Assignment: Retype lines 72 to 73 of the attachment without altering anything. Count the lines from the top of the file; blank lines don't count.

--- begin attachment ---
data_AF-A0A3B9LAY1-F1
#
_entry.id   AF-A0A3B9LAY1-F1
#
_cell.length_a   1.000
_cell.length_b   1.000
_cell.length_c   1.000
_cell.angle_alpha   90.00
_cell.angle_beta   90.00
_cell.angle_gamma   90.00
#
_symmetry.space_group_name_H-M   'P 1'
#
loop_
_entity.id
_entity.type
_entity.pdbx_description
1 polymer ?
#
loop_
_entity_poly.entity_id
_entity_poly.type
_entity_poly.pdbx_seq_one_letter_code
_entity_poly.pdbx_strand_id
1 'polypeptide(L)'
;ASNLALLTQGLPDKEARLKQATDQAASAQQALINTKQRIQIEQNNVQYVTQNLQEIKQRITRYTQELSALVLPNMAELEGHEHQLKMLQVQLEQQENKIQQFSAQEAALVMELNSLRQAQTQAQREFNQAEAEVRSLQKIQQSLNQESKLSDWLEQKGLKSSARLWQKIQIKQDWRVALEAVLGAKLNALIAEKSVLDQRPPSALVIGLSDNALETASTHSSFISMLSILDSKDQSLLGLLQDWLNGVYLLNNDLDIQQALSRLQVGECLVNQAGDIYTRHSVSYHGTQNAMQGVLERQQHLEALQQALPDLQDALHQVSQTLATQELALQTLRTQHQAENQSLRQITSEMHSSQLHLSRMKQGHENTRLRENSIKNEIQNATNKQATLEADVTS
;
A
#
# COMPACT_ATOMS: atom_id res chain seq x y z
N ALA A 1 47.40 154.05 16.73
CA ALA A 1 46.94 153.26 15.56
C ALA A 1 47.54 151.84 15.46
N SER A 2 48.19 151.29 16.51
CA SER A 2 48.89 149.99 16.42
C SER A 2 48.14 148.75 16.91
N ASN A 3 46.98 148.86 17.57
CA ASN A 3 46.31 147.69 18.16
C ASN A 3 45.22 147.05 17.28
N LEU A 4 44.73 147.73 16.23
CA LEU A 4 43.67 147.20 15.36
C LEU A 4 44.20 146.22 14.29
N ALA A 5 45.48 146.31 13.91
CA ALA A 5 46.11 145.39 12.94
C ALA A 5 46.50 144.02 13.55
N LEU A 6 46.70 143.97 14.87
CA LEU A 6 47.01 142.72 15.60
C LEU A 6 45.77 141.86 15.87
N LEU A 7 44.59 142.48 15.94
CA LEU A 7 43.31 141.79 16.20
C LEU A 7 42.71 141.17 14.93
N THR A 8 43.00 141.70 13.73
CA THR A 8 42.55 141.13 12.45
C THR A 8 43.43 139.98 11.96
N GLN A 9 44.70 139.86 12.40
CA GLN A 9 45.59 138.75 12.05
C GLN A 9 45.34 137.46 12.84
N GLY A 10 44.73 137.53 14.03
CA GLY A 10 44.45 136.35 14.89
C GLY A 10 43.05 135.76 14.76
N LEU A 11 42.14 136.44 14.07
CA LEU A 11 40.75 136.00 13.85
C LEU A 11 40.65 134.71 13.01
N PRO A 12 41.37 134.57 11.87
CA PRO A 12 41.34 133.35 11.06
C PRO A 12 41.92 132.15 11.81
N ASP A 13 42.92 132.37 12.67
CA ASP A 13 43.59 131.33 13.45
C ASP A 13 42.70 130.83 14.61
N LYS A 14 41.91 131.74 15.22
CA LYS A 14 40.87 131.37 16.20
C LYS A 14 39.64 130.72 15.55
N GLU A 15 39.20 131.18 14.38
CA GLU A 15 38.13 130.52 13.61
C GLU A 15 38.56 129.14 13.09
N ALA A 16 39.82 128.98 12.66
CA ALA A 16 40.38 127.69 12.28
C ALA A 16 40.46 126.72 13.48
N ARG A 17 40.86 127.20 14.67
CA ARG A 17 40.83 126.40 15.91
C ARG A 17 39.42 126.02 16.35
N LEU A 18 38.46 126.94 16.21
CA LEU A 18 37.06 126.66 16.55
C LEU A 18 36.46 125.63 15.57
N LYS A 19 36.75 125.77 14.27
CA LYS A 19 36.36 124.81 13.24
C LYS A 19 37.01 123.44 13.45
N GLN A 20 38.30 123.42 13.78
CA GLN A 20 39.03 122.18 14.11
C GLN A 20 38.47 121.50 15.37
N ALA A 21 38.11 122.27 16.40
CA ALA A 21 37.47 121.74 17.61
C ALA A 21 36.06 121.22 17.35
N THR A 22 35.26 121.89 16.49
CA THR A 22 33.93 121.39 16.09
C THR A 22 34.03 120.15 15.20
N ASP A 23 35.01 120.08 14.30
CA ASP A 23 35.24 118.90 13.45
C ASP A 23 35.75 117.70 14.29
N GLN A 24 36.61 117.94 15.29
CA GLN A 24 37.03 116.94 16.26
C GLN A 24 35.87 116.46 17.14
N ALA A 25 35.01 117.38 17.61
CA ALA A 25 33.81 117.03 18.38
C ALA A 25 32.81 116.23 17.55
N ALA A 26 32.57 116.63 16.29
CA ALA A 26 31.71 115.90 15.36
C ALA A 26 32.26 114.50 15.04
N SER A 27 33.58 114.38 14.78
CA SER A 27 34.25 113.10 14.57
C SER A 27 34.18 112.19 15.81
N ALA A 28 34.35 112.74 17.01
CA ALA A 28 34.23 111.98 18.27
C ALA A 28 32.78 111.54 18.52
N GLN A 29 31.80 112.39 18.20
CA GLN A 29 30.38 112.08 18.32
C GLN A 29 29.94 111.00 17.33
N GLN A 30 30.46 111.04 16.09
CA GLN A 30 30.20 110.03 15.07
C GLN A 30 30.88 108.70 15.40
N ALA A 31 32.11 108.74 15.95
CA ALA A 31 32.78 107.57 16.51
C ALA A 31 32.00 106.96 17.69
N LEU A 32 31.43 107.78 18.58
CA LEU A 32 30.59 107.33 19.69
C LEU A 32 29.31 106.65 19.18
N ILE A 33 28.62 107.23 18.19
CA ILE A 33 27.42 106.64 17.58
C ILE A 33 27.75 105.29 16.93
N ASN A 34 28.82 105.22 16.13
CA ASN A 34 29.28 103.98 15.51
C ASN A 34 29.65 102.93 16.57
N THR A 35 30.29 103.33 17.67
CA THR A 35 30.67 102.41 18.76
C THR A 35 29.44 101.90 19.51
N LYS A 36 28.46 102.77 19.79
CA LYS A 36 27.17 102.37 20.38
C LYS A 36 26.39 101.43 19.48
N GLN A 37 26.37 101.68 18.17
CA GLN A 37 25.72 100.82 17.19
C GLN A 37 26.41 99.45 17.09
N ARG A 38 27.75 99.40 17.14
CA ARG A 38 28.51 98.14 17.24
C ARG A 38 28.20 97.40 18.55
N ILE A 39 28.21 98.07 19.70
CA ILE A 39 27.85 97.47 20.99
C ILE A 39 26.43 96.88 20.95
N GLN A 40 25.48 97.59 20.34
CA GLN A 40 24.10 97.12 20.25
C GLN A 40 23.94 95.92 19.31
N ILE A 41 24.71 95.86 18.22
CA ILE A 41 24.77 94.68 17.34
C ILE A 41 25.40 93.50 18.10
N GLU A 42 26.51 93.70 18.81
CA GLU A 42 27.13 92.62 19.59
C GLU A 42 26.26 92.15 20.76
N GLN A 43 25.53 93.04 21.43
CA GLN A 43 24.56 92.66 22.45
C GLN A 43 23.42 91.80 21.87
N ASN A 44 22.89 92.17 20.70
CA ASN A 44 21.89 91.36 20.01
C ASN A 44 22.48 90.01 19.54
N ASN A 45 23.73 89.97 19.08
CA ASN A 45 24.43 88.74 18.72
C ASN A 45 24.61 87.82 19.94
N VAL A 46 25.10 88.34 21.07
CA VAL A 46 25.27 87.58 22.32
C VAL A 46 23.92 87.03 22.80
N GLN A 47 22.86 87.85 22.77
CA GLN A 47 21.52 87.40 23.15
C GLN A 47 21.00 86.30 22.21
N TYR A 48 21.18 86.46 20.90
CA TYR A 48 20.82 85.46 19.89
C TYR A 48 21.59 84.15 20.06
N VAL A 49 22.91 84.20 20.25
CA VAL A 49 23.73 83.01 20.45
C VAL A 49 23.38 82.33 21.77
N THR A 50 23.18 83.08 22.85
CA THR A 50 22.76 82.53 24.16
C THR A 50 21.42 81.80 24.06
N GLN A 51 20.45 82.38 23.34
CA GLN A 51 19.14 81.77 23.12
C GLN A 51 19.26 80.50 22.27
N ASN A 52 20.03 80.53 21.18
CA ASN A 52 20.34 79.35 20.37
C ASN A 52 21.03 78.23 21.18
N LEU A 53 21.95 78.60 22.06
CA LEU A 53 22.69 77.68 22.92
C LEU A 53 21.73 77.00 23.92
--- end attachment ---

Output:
C LYS A 14 39.64 130.72 15.55
N GLU A 15 39.20 131.18 14.38